We calculated a weighted average of three PWID HCV seroprevalence estimates using inverse variance weighting (fixed effects model); two estimates were calculated directly from HCV serological testing in the 2018 wave of NHBS and the UFO Study from 2016–2018, which enrolls PWID under age 30. One estimate was from a San Francisco methadone clinic-based study published in 2014 . Like in 2015, the fixed effects model was chosen since the studies were deemed to be imperfect measurements of the same underlying seroprevalence.
We similarly calculated an inverse variance weighted average for MSM seroprevalence, using three estimates: (1) direct calculation of the proportion of people who self-reported as HCV seropositive in the 2017 MSM wave of NHBS, (2) calculation of the proportion of people with HCV positive serologies listed in the electronic medical record from 2017–2018 for the Strut sexual health clinic run by the San Francisco AIDS Foundation (either from self-report or in-house testing), and (3) calculation of the proportion of anti-HCV positive results through community-based organization or clinic-focused testing funded by the San Francisco Department of Public Health (SFDPH), excluding testing at Strut or in the county jails. We also estimated the number of MSM in San Francisco who were co-infected with HCV and HIV, by taking the number of chronically infected MSM (estimated as described below) and estimating the number of MSM living with HIV who likely cleared the hepatitis C virus spontaneously, using literature-based estimates indicating that fewer MSM with HIV clear HCV spontaneously than those who are HIV-negative [24, 25].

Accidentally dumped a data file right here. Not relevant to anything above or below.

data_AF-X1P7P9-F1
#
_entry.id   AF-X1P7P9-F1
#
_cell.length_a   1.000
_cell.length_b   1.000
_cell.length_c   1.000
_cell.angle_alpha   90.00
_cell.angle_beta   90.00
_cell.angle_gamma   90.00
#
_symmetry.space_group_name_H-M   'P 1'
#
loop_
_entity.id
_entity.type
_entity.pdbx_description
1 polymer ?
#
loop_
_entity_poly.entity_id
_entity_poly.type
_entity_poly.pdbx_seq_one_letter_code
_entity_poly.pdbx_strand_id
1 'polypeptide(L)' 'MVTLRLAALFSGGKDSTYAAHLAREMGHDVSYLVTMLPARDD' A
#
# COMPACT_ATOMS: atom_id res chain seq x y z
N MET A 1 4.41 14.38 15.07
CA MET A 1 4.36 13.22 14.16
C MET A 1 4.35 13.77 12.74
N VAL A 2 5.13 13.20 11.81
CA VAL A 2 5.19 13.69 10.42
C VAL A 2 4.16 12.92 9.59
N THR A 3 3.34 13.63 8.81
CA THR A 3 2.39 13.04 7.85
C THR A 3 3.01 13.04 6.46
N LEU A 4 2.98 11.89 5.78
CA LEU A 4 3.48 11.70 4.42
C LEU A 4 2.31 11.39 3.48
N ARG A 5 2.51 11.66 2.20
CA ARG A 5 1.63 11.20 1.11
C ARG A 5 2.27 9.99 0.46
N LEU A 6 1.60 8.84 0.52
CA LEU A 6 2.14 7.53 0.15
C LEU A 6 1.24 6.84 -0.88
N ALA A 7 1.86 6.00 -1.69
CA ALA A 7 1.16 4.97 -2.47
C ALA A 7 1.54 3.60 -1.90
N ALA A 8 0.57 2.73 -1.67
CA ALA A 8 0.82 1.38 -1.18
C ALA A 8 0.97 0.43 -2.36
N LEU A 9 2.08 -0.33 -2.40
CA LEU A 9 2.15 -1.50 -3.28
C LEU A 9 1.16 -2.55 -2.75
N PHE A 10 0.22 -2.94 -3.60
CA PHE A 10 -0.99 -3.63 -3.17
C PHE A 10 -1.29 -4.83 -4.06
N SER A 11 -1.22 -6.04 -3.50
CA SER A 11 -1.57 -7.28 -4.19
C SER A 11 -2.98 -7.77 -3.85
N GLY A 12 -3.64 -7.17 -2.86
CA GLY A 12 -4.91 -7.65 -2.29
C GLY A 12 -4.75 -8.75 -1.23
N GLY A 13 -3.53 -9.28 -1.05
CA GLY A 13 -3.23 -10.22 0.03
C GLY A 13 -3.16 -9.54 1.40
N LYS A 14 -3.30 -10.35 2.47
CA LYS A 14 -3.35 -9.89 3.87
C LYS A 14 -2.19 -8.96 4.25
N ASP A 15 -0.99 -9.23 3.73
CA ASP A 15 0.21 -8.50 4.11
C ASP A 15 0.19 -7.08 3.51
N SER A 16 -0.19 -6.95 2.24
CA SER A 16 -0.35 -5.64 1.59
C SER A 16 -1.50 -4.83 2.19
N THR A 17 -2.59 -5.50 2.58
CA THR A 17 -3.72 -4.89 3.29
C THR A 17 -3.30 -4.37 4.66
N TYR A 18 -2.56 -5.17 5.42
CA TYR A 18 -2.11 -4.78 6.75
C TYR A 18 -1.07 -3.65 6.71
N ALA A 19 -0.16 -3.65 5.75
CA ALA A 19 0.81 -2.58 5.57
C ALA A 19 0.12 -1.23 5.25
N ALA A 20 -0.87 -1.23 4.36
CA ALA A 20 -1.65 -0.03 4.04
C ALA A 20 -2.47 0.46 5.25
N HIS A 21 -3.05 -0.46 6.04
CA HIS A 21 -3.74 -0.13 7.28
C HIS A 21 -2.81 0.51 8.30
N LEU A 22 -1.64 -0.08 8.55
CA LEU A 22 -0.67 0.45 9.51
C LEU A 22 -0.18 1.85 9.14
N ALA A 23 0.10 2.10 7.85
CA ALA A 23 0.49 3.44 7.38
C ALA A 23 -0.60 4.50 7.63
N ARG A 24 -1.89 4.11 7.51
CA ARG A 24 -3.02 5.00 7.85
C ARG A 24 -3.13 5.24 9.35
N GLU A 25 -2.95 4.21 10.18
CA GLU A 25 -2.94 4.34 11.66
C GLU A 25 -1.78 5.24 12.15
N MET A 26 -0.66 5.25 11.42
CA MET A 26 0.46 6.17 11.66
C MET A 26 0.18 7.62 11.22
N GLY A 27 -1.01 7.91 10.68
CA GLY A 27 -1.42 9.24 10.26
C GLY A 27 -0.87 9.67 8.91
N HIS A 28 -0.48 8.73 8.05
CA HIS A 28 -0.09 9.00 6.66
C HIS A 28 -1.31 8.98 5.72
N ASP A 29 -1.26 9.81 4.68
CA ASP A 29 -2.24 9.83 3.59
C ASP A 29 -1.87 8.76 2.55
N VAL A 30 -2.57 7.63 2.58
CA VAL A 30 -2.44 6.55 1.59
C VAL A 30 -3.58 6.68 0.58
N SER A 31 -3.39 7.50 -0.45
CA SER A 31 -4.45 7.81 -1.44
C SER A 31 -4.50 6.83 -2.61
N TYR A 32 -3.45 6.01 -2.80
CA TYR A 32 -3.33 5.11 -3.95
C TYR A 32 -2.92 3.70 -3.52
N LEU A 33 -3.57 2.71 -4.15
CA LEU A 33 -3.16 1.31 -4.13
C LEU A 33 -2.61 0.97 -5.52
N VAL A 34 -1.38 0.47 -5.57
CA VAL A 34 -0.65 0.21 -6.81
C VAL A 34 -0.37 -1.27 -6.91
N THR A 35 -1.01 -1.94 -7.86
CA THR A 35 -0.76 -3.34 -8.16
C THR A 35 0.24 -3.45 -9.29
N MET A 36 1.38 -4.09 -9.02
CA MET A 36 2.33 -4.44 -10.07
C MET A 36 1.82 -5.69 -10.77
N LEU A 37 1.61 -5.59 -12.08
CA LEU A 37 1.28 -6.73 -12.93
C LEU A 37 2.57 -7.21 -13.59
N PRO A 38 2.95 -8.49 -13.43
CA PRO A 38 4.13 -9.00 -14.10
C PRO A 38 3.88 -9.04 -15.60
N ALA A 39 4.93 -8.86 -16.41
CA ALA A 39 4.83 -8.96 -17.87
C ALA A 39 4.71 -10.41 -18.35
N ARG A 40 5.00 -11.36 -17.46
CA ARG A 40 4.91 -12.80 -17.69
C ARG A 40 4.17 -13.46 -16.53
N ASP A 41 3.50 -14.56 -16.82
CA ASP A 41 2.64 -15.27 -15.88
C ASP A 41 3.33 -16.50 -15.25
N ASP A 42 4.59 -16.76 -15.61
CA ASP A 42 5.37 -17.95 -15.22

Low SES TW.
For low SES TW, we directly calculated a weighted average of the proportion of participants in TEACH3 and TEACH4 who tested positive for anti-HCV antibodies during the studies, disregarding TEACH4 data from participants who were already included in the TEACH3 estimate, as an indicator of TEACH3 participation was available in the TEACH4 dataset.